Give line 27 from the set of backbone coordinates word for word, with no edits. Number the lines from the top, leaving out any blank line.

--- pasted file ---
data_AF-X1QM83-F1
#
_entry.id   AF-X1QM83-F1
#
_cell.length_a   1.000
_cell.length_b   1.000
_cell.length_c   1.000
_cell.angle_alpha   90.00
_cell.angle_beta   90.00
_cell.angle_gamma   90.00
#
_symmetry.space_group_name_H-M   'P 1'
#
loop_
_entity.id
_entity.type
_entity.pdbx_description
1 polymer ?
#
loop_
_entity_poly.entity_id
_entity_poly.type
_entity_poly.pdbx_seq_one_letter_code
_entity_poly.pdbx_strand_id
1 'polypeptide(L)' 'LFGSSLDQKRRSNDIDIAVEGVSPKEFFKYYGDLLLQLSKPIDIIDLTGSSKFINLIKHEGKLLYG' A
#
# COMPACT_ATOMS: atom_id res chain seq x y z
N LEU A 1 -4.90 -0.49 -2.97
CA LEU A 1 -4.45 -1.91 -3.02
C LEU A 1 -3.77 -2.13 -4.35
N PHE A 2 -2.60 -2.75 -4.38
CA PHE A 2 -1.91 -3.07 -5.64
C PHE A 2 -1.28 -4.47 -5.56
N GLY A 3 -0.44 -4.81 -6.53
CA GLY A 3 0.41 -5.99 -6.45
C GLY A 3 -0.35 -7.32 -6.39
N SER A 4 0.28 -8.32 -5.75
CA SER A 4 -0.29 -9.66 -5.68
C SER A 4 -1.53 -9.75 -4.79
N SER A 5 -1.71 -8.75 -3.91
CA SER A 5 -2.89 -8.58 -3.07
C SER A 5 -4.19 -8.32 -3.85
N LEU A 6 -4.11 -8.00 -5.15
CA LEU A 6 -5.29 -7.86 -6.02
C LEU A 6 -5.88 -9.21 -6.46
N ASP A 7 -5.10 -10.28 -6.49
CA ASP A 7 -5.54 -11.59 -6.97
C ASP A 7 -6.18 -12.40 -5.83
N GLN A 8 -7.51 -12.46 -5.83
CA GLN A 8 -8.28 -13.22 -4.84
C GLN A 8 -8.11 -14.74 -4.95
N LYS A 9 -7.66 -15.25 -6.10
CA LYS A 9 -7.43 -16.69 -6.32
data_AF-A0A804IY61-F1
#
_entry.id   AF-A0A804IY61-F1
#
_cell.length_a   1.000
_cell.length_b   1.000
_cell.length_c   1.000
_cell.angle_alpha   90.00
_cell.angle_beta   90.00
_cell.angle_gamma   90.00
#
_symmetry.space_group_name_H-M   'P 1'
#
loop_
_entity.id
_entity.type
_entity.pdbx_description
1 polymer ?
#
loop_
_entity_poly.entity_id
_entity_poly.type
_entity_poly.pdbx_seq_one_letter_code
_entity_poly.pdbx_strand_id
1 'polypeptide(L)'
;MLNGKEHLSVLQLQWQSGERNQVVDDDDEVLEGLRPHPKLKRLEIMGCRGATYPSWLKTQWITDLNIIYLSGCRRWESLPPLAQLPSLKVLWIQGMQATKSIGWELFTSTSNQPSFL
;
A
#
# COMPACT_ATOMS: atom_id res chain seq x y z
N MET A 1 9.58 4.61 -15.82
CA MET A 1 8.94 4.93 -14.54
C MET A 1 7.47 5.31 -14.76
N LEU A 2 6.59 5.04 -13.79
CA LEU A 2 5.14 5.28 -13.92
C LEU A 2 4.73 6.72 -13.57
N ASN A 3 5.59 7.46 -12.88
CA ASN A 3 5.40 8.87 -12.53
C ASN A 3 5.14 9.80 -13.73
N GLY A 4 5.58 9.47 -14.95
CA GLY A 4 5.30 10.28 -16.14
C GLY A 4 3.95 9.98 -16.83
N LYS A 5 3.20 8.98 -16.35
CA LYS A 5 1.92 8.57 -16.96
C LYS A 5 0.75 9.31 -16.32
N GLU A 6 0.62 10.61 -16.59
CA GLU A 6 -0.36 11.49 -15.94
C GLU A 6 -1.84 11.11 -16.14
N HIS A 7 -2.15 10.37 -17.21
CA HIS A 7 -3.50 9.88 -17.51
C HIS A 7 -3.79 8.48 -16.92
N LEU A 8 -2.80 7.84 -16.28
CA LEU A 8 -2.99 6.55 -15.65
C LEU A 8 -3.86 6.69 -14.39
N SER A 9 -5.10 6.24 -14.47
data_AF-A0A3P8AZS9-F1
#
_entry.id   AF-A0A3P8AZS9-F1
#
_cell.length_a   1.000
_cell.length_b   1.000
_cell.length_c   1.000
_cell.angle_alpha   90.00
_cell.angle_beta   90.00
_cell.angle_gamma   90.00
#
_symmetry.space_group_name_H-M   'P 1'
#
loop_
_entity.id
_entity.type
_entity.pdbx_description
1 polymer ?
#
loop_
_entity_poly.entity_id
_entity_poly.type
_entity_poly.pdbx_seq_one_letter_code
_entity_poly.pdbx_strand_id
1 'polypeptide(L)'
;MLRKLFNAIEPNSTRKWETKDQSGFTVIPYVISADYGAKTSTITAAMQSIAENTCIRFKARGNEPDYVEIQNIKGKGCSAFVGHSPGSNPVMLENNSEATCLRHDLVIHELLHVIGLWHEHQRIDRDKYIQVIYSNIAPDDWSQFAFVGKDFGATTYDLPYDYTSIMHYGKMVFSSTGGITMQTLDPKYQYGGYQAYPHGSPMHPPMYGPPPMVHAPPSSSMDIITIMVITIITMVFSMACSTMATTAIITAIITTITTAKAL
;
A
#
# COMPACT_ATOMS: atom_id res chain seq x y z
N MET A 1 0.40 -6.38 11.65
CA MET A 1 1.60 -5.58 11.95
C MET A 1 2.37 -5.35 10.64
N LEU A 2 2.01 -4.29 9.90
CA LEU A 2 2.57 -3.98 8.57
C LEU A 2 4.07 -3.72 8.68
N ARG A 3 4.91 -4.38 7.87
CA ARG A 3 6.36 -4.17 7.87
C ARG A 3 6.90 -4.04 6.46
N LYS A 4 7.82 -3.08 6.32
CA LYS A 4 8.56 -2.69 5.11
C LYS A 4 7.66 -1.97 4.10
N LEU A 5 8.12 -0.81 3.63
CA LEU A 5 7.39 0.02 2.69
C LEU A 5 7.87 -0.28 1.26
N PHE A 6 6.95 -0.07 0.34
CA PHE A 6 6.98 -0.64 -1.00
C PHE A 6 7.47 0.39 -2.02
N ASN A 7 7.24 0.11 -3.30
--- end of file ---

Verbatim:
# COMPACT_ATOMS: atom_id res chain seq x y z